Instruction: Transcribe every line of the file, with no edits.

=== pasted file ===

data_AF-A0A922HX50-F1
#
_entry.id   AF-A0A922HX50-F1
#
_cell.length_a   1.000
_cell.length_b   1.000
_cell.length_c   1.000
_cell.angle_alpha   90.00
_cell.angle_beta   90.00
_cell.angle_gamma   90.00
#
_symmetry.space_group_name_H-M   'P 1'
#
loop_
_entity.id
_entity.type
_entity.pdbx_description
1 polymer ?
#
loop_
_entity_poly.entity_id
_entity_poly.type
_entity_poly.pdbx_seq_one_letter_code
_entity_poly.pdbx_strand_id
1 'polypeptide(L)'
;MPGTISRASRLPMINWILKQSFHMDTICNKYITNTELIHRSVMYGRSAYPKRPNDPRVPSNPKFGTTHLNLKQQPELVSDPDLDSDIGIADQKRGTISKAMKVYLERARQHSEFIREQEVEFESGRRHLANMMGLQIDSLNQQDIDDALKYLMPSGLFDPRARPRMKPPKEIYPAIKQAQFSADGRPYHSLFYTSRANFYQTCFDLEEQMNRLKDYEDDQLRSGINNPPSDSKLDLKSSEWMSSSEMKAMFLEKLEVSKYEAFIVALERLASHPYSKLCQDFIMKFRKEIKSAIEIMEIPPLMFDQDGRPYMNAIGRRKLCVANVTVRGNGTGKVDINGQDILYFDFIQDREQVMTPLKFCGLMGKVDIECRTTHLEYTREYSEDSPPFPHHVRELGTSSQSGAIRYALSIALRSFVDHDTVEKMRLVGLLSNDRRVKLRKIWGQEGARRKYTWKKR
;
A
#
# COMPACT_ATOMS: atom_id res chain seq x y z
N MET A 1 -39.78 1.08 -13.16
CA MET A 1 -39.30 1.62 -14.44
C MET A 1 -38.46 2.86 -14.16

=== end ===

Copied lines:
data_AF-A0A922HX50-F1
#
_entry.id   AF-A0A922HX50-F1
#
_cell.length_a   1.000
_cell.length_b   1.000
_cell.length_c   1.000
_cell.angle_alpha   90.00
_cell.angle_beta   90.00
_cell.angle_gamma   90.00
#
_symmetry.space_group_name_H-M   'P 1'
#
loop_
_entity.id
_entity.type
_entity.pdbx_description
1 polymer ?
#
loop_
_entity_poly.entity_id
_entity_poly.type
_entity_poly.pdbx_seq_one_letter_code
_entity_poly.pdbx_strand_id
1 'polypeptide(L)'
;MPGTISRASRLPMINWILKQSFHMDTICNKYITNTELIHRSVMYGRSAYPKRPNDPRVPSNPKFGTTHLNLKQQPELVSDPDLDSDIGIADQKRGTISKAMKVYLERARQHSEFIREQEVEFESGRRHLANMMGLQIDSLNQQDIDDALKYLMPSGLFDPRARPRMKPPKEIYPAIKQAQFSADGRPYHSLFYTSRANFYQTCFDLEEQMNRLKDYEDDQLRSGINNPPSDSKLDLKSSEWMSSSEMKAMFLEKLEVSKYEAFIVALERLASHPYSKLCQDFIMKFRKEIKSAIEIMEIPPLMFDQDGRPYMNAIGRRKLCVANVTVRGNGTGKVDINGQDILYFDFIQDREQVMTPLKFCGLMGKVDIECRTTHLEYTREYSEDSPPFPHHVRELGTSSQSGAIRYALSIALRSFVDHDTVEKMRLVGLLSNDRRVKLRKIWGQEGARRKYTWKKR
;
A
#
# COMPACT_ATOMS: atom_id res chain seq x y z
N MET A 1 -39.78 1.08 -13.16
CA MET A 1 -39.30 1.62 -14.44
C MET A 1 -38.46 2.86 -14.16